Academic Leadership and the Business Gateway to the Chinese and Portuguese Speaking World

Academic Leadership and the Business Gateway to the Chinese and Portuguese Speaking World

Joao Amaro de Matos (Universidade Nova de Lisboa, Portugal)
Copyright: © 2019 |Pages: 10
DOI: 10.4018/978-1-5225-7441-5.ch018
OnDemand PDF Download:
No Current Special Offers


NOVA School of Business and Economics (NOVA SBE) identified the opportunity to complement the training of the best language universities in China to bring Chinese students with basic fluency in Portuguese to Universidade NOVA de Lisboa (UNL). They would be trained in Economics and Management at NOVA SBE and complement their Portuguese language studies at the School of Social Sciences and Humanities (FCSH-UNL) obtaining at the end a joint degree from UNL. After a lobby from the university leadership, the Portuguese Government eventually recognized this degree focused on its unique characteristics, namely (1) a Portuguese university as a means to cooperate with Chinese institutions to achieve their strategic goals in Africa and LATAM, (2) multidisciplinary cooperation putting together social sciences and business and economics, and (3) a potential internationalization cooperation for the Portuguese and Chinese HEI's markets far beyond the simple exchange of students.
Chapter Preview

Strategically Positioning A Business School

Around 2010, Nova School of Business and Economics (Nova SBE) was concerned in developing a meaningful international strategic positioning. In the very competitive landscape of Business Schools, Nova SBE has had the chance of claiming its South Atlantic Triangle Strategy, based on the fact that it was the top Business School in the only European country with simultaneous cultural links with both sides of the South Atlantic (the three vertices of an imaginary triangle): Latin America (with a strong emphasis in Portuguese-speaking Brazil) and Sub-Saharan Africa (with a strong focus in Angola and Mozambique, the two leading Portuguese speaking countries in the continent). These cultural links are reflected in strong business educational connections with the strongest institutions in those countries.

When compared with the main European players this strategic positioning based on the Portuguese language would provide a very distinctive feature, non-replicable by Schools in any other European country. However, something was missing in the competitive higher education landscape. At that point in time most of the main global players were already well established in the Asian continent, with a particular focus in India and, in particular, in China.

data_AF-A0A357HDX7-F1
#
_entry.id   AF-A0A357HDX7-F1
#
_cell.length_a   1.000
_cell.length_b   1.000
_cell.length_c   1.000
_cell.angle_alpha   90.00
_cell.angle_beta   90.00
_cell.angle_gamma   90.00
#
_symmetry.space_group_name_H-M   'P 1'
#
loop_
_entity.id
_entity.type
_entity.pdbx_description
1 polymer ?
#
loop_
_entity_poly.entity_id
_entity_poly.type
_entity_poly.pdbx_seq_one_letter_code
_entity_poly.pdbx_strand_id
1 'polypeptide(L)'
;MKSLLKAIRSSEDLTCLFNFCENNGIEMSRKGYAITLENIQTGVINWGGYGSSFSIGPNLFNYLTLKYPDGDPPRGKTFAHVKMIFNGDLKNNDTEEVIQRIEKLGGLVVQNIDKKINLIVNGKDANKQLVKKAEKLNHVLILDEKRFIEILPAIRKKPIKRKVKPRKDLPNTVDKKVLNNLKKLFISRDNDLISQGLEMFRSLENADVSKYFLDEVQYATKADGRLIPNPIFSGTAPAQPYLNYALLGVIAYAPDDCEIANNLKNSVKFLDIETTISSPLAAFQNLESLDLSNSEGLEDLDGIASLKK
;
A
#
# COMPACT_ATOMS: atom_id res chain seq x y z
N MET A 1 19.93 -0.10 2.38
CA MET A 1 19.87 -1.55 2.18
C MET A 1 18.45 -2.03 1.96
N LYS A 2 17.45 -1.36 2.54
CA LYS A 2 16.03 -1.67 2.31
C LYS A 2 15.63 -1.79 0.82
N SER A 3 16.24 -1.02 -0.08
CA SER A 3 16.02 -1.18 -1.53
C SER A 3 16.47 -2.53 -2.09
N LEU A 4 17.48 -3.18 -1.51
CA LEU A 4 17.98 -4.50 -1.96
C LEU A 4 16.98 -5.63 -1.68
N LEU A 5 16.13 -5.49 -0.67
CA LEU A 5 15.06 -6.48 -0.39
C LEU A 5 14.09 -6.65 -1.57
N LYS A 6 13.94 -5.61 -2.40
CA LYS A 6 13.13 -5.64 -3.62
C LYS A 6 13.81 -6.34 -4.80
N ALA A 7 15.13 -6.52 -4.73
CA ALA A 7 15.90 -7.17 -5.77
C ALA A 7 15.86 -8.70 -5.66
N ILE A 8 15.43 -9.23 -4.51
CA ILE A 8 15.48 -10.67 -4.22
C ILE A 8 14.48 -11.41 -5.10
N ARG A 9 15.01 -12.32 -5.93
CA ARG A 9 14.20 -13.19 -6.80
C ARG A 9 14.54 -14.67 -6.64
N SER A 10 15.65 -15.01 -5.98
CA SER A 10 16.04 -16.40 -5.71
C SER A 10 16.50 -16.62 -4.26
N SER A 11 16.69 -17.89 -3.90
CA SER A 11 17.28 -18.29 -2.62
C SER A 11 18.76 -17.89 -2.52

The Chinese market has been seen as the most promising market for recruiting higher education students from the perspective of international universities, especially for the USA, UK and Australia who would carry a very strong brand image associated to the Anglophone educational system. The reason was not only for the excellent level of the top trained Chinese students, but also because of (1) the significant Chinese market volume; (2) the limited capacity of absorption by local top Universities; (3) the growth levels of the Chinese economy in the last decades, and (4) the obvious need of increasing levels of qualified people in the near future in order to sustain such economic growth.

The fact is that most of the main Chinese recruitment hubs were filled of very tough competition among most foreign Universities, including all main European countries such as France, Italy, Spain, Sweden and others. The perception that Nova SBE had at that time was that it was arriving too late to find its own niche in that market. The challenge posed to Nova SBE was to find a creative and different way to enter that market, in a way that could be hardly replicated by any other foreign University.

Complete Chapter List

Search this Book: